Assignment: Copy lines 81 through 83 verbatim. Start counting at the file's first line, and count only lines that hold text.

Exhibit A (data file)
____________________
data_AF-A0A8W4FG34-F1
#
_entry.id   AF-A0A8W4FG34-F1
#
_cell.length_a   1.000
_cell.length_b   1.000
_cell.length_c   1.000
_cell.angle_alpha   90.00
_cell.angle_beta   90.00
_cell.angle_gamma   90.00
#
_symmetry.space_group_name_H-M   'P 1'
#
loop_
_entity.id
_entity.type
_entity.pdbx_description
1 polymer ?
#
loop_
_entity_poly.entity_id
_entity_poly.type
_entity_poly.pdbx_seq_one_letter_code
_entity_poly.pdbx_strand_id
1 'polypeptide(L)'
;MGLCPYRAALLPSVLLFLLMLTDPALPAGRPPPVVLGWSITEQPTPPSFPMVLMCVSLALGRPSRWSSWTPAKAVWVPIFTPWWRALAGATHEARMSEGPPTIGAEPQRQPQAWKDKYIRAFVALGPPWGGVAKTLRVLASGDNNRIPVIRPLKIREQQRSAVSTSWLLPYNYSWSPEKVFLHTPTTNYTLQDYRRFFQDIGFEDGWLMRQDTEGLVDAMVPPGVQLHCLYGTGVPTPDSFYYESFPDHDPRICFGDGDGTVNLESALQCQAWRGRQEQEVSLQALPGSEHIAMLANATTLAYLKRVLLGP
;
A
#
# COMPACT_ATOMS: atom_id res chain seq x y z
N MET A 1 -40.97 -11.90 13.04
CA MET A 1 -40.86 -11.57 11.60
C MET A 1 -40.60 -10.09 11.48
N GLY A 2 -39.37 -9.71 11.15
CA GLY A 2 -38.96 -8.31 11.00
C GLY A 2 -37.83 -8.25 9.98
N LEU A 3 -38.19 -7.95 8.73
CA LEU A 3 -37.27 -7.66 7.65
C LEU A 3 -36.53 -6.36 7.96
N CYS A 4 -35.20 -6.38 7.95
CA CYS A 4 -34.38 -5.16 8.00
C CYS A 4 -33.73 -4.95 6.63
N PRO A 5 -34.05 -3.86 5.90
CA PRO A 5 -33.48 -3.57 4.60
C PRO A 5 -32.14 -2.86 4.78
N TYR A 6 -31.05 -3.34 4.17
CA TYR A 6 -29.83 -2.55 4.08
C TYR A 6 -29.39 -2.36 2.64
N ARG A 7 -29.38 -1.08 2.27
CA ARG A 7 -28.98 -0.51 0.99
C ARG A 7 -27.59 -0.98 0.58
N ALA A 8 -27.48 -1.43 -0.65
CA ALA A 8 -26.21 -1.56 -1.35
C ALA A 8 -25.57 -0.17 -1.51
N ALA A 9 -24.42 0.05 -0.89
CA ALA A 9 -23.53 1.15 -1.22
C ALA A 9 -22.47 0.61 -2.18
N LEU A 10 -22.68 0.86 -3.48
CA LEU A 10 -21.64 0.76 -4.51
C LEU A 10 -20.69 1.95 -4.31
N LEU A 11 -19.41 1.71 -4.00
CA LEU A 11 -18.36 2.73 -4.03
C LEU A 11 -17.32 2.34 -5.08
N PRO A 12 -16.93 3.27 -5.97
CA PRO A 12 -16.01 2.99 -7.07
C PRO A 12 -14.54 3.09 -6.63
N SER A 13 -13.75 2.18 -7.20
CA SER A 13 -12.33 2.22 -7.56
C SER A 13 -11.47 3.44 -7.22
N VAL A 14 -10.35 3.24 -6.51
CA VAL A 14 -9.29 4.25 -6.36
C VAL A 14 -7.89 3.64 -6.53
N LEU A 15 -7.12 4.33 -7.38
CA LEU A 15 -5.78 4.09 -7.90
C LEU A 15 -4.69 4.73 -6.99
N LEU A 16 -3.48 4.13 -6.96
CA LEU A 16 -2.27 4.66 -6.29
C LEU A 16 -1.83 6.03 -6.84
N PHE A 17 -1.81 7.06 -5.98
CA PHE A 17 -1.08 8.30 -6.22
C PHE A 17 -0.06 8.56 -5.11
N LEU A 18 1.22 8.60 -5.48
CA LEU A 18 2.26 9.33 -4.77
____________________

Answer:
C PHE A 17 -0.06 8.56 -5.11
N LEU A 18 1.22 8.60 -5.48
CA LEU A 18 2.26 9.33 -4.77